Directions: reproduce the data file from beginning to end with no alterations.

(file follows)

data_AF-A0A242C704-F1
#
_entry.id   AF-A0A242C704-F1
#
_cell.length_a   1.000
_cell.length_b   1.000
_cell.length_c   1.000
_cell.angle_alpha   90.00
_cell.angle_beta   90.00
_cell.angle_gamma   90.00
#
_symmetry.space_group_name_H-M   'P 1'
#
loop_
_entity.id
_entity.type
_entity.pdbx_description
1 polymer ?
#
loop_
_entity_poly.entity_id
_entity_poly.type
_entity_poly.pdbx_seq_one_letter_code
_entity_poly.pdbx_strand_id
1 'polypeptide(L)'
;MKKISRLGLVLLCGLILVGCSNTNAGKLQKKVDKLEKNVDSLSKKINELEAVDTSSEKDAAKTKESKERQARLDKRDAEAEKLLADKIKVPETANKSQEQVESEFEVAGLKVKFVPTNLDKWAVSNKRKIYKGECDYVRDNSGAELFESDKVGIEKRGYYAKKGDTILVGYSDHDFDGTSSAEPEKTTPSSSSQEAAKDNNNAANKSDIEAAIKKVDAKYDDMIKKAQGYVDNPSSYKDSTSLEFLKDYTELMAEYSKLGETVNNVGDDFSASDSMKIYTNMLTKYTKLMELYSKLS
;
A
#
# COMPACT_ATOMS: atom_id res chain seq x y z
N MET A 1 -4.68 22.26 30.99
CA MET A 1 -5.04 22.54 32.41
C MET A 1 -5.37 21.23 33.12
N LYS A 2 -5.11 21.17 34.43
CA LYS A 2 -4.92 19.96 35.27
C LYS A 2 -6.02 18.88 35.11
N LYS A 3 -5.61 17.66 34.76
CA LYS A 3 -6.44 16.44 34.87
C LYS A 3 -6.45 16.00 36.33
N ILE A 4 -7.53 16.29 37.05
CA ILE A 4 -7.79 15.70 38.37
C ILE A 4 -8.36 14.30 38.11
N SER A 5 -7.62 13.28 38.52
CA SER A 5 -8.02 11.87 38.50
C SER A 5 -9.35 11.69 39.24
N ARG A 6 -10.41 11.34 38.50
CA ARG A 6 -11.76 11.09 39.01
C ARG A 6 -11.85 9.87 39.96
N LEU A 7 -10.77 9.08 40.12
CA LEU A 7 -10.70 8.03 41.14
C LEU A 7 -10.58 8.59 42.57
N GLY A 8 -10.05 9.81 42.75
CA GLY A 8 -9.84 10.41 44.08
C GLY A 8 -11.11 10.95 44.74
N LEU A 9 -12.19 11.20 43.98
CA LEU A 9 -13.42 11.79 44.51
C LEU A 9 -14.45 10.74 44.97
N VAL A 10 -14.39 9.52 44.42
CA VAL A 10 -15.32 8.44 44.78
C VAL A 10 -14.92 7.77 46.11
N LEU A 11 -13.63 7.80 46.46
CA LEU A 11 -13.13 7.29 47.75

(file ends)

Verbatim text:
data_AF-A0A242C704-F1
#
_entry.id   AF-A0A242C704-F1
#
_cell.length_a   1.000
_cell.length_b   1.000
_cell.length_c   1.000
_cell.angle_alpha   90.00
_cell.angle_beta   90.00
_cell.angle_gamma   90.00
#
_symmetry.space_group_name_H-M   'P 1'
#
loop_
_entity.id
_entity.type
_entity.pdbx_description
1 polymer ?
#
loop_
_entity_poly.entity_id
_entity_poly.type
_entity_poly.pdbx_seq_one_letter_code
_entity_poly.pdbx_strand_id
1 'polypeptide(L)'
;MKKISRLGLVLLCGLILVGCSNTNAGKLQKKVDKLEKNVDSLSKKINELEAVDTSSEKDAAKTKESKERQARLDKRDAEAEKLLADKIKVPETANKSQEQVESEFEVAGLKVKFVPTNLDKWAVSNKRKIYKGECDYVRDNSGAELFESDKVGIEKRGYYAKKGDTILVGYSDHDFDGTSSAEPEKTTPSSSSQEAAKDNNNAANKSDIEAAIKKVDAKYDDMIKKAQGYVDNPSSYKDSTSLEFLKDYTELMAEYSKLGETVNNVGDDFSASDSMKIYTNMLTKYTKLMELYSKLS
;
A
#
# COMPACT_ATOMS: atom_id res chain seq x y z
N MET A 1 -4.68 22.26 30.99
CA MET A 1 -5.04 22.54 32.41
C MET A 1 -5.37 21.23 33.12
N LYS A 2 -5.11 21.17 34.43
CA LYS A 2 -4.92 19.96 35.27
C LYS A 2 -6.02 18.88 35.11
N LYS A 3 -5.61 17.66 34.76
CA LYS A 3 -6.44 16.44 34.87
C LYS A 3 -6.45 16.00 36.33
N ILE A 4 -7.53 16.29 37.05
CA ILE A 4 -7.79 15.70 38.37
C ILE A 4 -8.36 14.30 38.11
N SER A 5 -7.62 13.28 38.52
CA SER A 5 -8.02 11.87 38.50
C SER A 5 -9.35 11.69 39.24
N ARG A 6 -10.41 11.34 38.50
CA ARG A 6 -11.76 11.09 39.01
C ARG A 6 -11.85 9.87 39.96
N LEU A 7 -10.77 9.08 40.12
CA LEU A 7 -10.70 8.03 41.14
C LEU A 7 -10.58 8.59 42.57
N GLY A 8 -10.05 9.81 42.75
CA GLY A 8 -9.84 10.41 44.08
C GLY A 8 -11.11 10.95 44.74
N LEU A 9 -12.19 11.20 43.98
CA LEU A 9 -13.42 11.79 44.51
C LEU A 9 -14.45 10.74 44.97
N VAL A 10 -14.39 9.52 44.42
CA VAL A 10 -15.32 8.44 44.78
C VAL A 10 -14.92 7.77 46.11
N LEU A 11 -13.63 7.80 46.46
CA LEU A 11 -13.13 7.29 47.75